, Volume 29, Issue 5, pp 1249-1270

Social Influences on Group Membership in Propithecus verreauxi verreauxi

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Abstract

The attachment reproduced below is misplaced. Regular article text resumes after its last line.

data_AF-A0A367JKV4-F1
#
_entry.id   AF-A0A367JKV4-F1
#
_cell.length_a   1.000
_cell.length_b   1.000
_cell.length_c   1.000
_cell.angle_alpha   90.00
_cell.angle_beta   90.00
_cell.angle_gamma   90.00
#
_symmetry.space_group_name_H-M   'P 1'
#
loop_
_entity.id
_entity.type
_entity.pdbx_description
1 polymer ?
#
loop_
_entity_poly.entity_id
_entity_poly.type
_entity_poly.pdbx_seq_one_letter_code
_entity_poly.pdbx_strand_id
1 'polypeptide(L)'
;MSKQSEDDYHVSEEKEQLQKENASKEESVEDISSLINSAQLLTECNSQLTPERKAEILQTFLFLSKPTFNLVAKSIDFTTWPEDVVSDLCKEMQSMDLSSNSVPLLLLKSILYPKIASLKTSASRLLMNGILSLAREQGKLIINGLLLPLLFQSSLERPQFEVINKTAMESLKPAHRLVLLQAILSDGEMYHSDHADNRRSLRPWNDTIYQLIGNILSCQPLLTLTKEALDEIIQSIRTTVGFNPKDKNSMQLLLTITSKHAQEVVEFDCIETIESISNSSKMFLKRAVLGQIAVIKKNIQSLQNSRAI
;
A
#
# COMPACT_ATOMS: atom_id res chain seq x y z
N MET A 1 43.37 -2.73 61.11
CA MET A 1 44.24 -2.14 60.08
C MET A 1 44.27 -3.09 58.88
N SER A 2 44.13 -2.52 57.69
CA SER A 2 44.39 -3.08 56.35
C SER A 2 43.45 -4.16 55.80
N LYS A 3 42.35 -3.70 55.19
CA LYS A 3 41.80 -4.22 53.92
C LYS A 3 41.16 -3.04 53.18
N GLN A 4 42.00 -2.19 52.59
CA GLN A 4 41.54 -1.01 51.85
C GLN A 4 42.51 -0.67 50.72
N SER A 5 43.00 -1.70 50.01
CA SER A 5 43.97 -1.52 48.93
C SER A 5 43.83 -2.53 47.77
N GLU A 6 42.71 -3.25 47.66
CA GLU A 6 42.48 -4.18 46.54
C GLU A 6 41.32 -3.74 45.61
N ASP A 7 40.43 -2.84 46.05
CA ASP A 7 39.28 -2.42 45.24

The size and composition of a social group can influence the reproductive success of its members. I examined the hypothesis that residents actively try to manipulate group size and composition in Verreaux’s sifaka (Propithecus verreauxi verreauxi). I collected behavioral data from 21 individuals in 5 social groups from November 2000 to March 2002 in the Kirindy Forest (C.F.P.F.) of western Madagascar. I investigated the affiliative and agonistic behaviors of resident males and females toward other group members to determine whether residents attempt to manipulate the costs and benefits of group membership. I also examined 3 cases of immigration attempts and 1 case of emigration. As expected, group members facilitated the residency of subordinate members of the opposite sex. For example, females sought out the subordinate males, responded to their calls, and even groomed them more. However, intrasexual relationships were also important for establishing or maintaining residency. The data, in conjunction with the observations of immigration and emigration events, suggest that resident individuals of both sexes attempt to influence group size and composition. I suggest that single–male groups are not the norm in Propithecus verreauxi verreauxi because females encourage, and males do not discourage, multiple males to reside in the group to increase group stability and to reduce the risk of infanticide.